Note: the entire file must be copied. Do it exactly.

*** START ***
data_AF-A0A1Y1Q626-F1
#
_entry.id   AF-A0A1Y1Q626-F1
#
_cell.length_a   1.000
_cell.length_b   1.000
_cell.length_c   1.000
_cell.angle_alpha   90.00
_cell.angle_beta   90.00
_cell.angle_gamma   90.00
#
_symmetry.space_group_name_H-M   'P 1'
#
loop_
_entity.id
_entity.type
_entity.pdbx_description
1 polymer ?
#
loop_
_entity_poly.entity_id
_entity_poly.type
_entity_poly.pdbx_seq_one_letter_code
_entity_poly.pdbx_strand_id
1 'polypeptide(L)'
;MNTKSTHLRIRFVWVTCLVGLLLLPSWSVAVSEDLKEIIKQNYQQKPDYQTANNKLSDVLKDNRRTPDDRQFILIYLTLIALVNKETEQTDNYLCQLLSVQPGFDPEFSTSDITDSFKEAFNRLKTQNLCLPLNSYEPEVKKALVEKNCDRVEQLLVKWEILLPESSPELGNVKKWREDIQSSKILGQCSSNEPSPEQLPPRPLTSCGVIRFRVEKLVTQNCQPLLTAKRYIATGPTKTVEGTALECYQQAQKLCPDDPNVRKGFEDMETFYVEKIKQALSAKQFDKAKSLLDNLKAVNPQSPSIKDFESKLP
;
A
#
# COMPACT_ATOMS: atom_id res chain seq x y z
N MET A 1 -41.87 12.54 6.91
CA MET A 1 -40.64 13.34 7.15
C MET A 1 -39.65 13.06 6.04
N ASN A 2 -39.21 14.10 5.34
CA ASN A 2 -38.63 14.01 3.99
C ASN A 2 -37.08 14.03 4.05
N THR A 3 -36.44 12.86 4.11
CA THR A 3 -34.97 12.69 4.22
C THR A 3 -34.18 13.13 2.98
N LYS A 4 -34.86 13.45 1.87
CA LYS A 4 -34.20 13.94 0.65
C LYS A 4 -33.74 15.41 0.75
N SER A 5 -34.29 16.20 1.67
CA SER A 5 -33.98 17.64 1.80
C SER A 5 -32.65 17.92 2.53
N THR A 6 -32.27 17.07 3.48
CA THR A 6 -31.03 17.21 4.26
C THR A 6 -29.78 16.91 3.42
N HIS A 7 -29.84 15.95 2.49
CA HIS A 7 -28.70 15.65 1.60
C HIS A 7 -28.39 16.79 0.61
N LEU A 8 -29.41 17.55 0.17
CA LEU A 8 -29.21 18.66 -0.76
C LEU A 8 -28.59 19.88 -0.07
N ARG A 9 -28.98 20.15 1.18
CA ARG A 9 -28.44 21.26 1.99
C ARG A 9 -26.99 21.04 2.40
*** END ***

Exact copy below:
data_AF-A0A1Y1Q626-F1
#
_entry.id   AF-A0A1Y1Q626-F1
#
_cell.length_a   1.000
_cell.length_b   1.000
_cell.length_c   1.000
_cell.angle_alpha   90.00
_cell.angle_beta   90.00
_cell.angle_gamma   90.00
#
_symmetry.space_group_name_H-M   'P 1'
#
loop_
_entity.id
_entity.type
_entity.pdbx_description
1 polymer ?
#
loop_
_entity_poly.entity_id
_entity_poly.type
_entity_poly.pdbx_seq_one_letter_code
_entity_poly.pdbx_strand_id
1 'polypeptide(L)'
;MNTKSTHLRIRFVWVTCLVGLLLLPSWSVAVSEDLKEIIKQNYQQKPDYQTANNKLSDVLKDNRRTPDDRQFILIYLTLIALVNKETEQTDNYLCQLLSVQPGFDPEFSTSDITDSFKEAFNRLKTQNLCLPLNSYEPEVKKALVEKNCDRVEQLLVKWEILLPESSPELGNVKKWREDIQSSKILGQCSSNEPSPEQLPPRPLTSCGVIRFRVEKLVTQNCQPLLTAKRYIATGPTKTVEGTALECYQQAQKLCPDDPNVRKGFEDMETFYVEKIKQALSAKQFDKAKSLLDNLKAVNPQSPSIKDFESKLP
;
A
#
# COMPACT_ATOMS: atom_id res chain seq x y z
N MET A 1 -41.87 12.54 6.91
CA MET A 1 -40.64 13.34 7.15
C MET A 1 -39.65 13.06 6.04
N ASN A 2 -39.21 14.10 5.34
CA ASN A 2 -38.63 14.01 3.99
C ASN A 2 -37.08 14.03 4.05
N THR A 3 -36.44 12.86 4.11
CA THR A 3 -34.97 12.69 4.22
C THR A 3 -34.18 13.13 2.98
N LYS A 4 -34.86 13.45 1.87
CA LYS A 4 -34.20 13.94 0.65
C LYS A 4 -33.74 15.41 0.75
N SER A 5 -34.29 16.20 1.67
CA SER A 5 -33.98 17.64 1.80
C SER A 5 -32.65 17.92 2.53
N THR A 6 -32.27 17.07 3.48
CA THR A 6 -31.03 17.21 4.26
C THR A 6 -29.78 16.91 3.42
N HIS A 7 -29.84 15.95 2.49
CA HIS A 7 -28.70 15.65 1.60
C HIS A 7 -28.39 16.79 0.61
N LEU A 8 -29.41 17.55 0.17
CA LEU A 8 -29.21 18.66 -0.76
C LEU A 8 -28.59 19.88 -0.07
N ARG A 9 -28.98 20.15 1.18
CA ARG A 9 -28.44 21.26 1.99
C ARG A 9 -26.99 21.04 2.40